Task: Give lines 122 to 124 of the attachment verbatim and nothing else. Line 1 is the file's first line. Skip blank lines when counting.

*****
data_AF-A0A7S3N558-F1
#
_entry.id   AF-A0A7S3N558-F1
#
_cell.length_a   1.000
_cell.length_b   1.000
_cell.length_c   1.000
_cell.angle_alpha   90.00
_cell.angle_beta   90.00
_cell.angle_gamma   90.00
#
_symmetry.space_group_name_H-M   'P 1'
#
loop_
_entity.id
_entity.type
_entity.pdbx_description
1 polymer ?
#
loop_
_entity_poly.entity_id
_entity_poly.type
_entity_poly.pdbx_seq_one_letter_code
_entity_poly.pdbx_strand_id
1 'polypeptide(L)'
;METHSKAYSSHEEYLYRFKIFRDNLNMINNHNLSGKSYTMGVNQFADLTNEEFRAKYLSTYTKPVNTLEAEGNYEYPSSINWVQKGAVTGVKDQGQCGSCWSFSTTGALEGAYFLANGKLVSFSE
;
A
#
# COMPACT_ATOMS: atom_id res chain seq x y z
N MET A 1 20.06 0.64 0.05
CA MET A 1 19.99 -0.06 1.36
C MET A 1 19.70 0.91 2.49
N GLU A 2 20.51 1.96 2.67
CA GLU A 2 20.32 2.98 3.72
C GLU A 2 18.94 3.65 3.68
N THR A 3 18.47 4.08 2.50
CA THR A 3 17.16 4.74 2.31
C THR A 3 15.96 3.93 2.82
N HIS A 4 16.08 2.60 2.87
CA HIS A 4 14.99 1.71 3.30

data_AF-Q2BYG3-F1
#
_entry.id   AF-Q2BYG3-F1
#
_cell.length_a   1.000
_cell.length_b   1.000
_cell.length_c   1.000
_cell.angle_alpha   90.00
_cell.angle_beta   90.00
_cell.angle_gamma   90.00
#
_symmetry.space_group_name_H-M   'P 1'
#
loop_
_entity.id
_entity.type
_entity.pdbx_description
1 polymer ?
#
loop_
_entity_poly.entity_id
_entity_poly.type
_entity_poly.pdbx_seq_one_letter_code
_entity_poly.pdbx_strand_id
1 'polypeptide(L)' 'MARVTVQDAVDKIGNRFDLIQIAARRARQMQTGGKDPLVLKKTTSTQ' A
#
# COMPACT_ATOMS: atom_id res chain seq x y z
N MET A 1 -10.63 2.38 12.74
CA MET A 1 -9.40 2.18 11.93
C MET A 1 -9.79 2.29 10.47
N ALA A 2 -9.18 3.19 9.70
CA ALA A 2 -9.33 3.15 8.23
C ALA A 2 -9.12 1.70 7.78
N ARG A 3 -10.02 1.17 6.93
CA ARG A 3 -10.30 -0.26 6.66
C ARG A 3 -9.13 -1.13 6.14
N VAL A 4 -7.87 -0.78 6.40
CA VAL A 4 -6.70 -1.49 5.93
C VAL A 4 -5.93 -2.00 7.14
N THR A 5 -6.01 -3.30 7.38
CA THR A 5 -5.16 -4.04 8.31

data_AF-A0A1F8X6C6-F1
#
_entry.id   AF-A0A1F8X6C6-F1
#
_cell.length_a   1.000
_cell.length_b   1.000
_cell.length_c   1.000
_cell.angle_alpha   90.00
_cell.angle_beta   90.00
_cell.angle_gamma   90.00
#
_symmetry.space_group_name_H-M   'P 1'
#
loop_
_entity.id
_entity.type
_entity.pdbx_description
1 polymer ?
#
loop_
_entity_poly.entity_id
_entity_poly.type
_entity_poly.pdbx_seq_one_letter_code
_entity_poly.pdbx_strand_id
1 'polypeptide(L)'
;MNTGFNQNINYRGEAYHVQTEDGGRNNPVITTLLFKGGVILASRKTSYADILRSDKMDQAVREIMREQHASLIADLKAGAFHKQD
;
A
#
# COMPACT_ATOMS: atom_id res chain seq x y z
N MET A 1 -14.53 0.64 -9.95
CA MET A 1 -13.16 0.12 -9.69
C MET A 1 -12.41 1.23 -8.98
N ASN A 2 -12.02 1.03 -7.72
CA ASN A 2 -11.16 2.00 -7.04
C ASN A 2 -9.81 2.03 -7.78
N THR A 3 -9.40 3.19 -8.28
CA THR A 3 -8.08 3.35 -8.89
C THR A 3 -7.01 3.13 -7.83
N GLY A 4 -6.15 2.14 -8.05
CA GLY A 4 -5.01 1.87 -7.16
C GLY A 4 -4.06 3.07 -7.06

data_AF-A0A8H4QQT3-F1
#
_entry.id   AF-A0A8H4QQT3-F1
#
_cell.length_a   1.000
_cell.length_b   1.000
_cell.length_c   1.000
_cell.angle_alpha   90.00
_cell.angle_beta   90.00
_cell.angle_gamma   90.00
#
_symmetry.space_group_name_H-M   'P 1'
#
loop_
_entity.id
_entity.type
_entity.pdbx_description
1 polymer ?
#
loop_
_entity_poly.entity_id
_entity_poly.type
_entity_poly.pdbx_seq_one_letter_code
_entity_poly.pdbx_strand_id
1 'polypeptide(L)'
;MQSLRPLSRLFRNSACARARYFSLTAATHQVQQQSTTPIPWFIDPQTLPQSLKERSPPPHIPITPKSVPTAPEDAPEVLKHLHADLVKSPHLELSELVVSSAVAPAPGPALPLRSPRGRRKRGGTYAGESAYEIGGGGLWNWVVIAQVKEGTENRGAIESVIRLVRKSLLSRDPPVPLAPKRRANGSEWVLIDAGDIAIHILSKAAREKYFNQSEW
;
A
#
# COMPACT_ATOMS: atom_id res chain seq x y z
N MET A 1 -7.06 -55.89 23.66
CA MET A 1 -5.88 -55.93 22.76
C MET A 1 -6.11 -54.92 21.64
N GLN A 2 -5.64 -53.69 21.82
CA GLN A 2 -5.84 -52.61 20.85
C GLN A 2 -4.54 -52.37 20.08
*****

N GLY A 4 -6.15 2.14 -8.05
CA GLY A 4 -5.01 1.87 -7.16
C GLY A 4 -4.06 3.07 -7.06